“Jesus says to her: Mary. Jesus is not recognized when he calls her “woman”; so he calls her by name, as though he were saying: Recognize me as I recognize you; for I do not know you as I know others; I know you as yourself. And so Mary, once addressed by name, recognizes who is speaking. She immediately calls him rabboni, that is to say, teacher, because the one whom she sought outwardly was the one who inwardly taught her to keep on searching.”

Some recently, using flimsy evidence from 3rd and 4th century gnostic writings, want to “de-mythologize” Jesus and romanticize his relationship with Mary. Some claim he was even married to her. Their claims have been sensationalized in the  media and unfortunately get a wide hearing.

Better to listen to the earlier witness of the four gospels and the evidence of the New Testament. They recognize Mary as a disciple who was one of many women followers of Jesus and loved him. Their witness is older and more reliable. There’s also new archeological evidence about Magdala, Mary’s hometown, that helps us understand Mary Magdalene. Take a look.

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The Feast of Peter and Paul

The church of Rome considers Peter and Paul her founders. They came to the city and preached and died  there during the persecution by Nero in the early 60s. Their burial places, marked by great churches, St. Peter at the Vatican and St. Paul Outside the Walls, are among the treasures of the city.

They could not be more unlike: Paul, the educated Pharisee from Tarsus, who came late to Christianity and like a runner raced from place to place in the Roman world to plant the faith. In the end, he believed God would give him “a crown of righteousness”  for his mighty efforts.

Peter,  the fisherman from Galilee, was named by Jesus  the Rock on whom he would build his church. He denied Jesus three times and then was called by Jesus  three times  to shepherd the flock. Warily, he went to Caesarea to baptize a Roman soldier, Cornelius. Then, he went to the gentile cities of Antioch and Rome to tell the story of the One he had seen with his own eyes.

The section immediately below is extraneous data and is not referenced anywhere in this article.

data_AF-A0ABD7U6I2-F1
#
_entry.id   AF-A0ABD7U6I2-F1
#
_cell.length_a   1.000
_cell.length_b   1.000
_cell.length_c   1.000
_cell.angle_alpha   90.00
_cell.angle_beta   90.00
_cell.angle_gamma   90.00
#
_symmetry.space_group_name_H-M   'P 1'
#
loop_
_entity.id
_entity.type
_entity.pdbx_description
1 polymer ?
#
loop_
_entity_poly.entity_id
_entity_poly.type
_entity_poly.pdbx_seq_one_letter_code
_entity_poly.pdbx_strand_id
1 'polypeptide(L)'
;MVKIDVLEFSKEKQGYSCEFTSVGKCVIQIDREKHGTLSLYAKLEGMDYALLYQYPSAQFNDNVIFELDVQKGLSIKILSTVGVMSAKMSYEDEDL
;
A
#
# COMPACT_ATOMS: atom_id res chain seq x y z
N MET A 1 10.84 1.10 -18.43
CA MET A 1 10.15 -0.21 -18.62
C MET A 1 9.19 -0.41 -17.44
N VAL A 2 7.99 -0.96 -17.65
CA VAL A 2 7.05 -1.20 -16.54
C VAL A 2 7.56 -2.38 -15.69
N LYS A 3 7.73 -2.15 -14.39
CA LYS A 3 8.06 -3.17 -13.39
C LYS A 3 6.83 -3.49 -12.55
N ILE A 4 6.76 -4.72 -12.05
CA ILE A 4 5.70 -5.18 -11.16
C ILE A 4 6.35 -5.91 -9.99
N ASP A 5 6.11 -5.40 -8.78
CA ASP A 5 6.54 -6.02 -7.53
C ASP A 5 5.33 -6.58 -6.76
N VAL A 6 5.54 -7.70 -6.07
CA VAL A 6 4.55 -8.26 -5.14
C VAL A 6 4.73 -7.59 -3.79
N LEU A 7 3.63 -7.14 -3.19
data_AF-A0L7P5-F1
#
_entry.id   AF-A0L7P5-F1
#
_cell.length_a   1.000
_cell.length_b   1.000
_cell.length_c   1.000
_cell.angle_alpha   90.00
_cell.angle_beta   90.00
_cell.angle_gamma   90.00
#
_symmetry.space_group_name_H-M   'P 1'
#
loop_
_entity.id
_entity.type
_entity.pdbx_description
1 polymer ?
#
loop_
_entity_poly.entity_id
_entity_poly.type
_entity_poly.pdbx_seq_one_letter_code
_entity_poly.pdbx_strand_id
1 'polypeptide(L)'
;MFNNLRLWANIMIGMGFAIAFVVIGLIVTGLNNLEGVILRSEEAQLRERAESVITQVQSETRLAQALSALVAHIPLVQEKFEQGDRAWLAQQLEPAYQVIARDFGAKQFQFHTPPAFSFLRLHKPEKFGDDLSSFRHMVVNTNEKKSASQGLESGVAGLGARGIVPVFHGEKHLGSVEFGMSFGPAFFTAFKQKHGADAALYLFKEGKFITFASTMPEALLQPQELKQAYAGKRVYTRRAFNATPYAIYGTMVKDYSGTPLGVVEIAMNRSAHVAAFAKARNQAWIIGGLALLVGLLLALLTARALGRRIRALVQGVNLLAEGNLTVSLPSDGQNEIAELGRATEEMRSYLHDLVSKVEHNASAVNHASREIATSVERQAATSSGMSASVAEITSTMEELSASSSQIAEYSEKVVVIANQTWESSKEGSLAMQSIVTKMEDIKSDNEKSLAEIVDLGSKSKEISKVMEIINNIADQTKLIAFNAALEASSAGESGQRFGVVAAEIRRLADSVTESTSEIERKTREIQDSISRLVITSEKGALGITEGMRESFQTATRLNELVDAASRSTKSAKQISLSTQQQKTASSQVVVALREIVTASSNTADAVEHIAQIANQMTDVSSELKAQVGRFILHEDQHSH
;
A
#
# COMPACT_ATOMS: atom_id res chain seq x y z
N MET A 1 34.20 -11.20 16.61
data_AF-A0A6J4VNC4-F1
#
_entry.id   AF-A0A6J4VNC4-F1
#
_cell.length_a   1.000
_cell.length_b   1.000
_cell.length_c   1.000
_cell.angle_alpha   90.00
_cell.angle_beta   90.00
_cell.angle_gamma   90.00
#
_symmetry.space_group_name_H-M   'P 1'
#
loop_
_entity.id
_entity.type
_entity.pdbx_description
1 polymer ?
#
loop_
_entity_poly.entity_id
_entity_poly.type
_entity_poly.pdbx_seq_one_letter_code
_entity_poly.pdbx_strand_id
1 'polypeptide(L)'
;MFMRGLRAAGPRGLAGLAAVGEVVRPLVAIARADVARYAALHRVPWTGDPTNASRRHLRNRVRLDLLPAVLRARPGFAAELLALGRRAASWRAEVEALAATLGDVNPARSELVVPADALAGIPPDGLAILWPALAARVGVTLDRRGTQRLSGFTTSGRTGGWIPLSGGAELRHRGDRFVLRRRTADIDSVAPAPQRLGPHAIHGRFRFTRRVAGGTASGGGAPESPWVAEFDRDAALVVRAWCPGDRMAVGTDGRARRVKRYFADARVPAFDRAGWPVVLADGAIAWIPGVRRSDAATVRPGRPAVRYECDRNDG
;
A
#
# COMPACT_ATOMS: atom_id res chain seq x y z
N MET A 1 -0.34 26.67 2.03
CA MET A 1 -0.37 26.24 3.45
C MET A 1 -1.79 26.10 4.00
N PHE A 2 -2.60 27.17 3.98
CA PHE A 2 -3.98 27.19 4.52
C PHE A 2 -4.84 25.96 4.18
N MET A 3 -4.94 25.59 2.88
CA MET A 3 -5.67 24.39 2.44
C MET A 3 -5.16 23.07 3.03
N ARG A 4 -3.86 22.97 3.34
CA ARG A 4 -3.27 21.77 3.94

We ask for Paul’s zealous faith to bring the gospel to the world before us, and Peter’s deep love for Jesus Christ which he voiced at the Sea of Galilee and at his preaching and death.

St. Augustine commented on this feast and on the threefold call Jesus made to Peter. Jesus called three times to conquer the apostle’s “self-assurance.”

“Quite rightly, too, did the Lord after his resurrection entrust his sheep to Peter to be fed. Not that he alone  was fit to feed the Lord’s sheep, but when Christ speaks to one, he calls us to be one. And he first speaks to Peter, because Peter is the first among the apostles.

“Do not be sad, Peter. Answer once, answer again, answer a third time. Let confession conquer three times with love, because your self-assurance was conquered three times by fear. What you had bound three times must be loosed three times. Loose through love what you had bound through fear. And for all that, the Lord once, and again, and a third time, entrusted his sheep to Peter.”

“Today we celebrate the  the passion of two apostles. These two  were as one; although they suffered on different days, they were as one. Peter went first, Paul followed. We are celebrating a feast day consecrated for us by the blood of the apostles. Let us love their faith, their lives, their labors, their sufferings, their confession of faith, their preaching.”

“May your church in all things

follow the teaching of those

through whom she has received

the beginning of right religion.”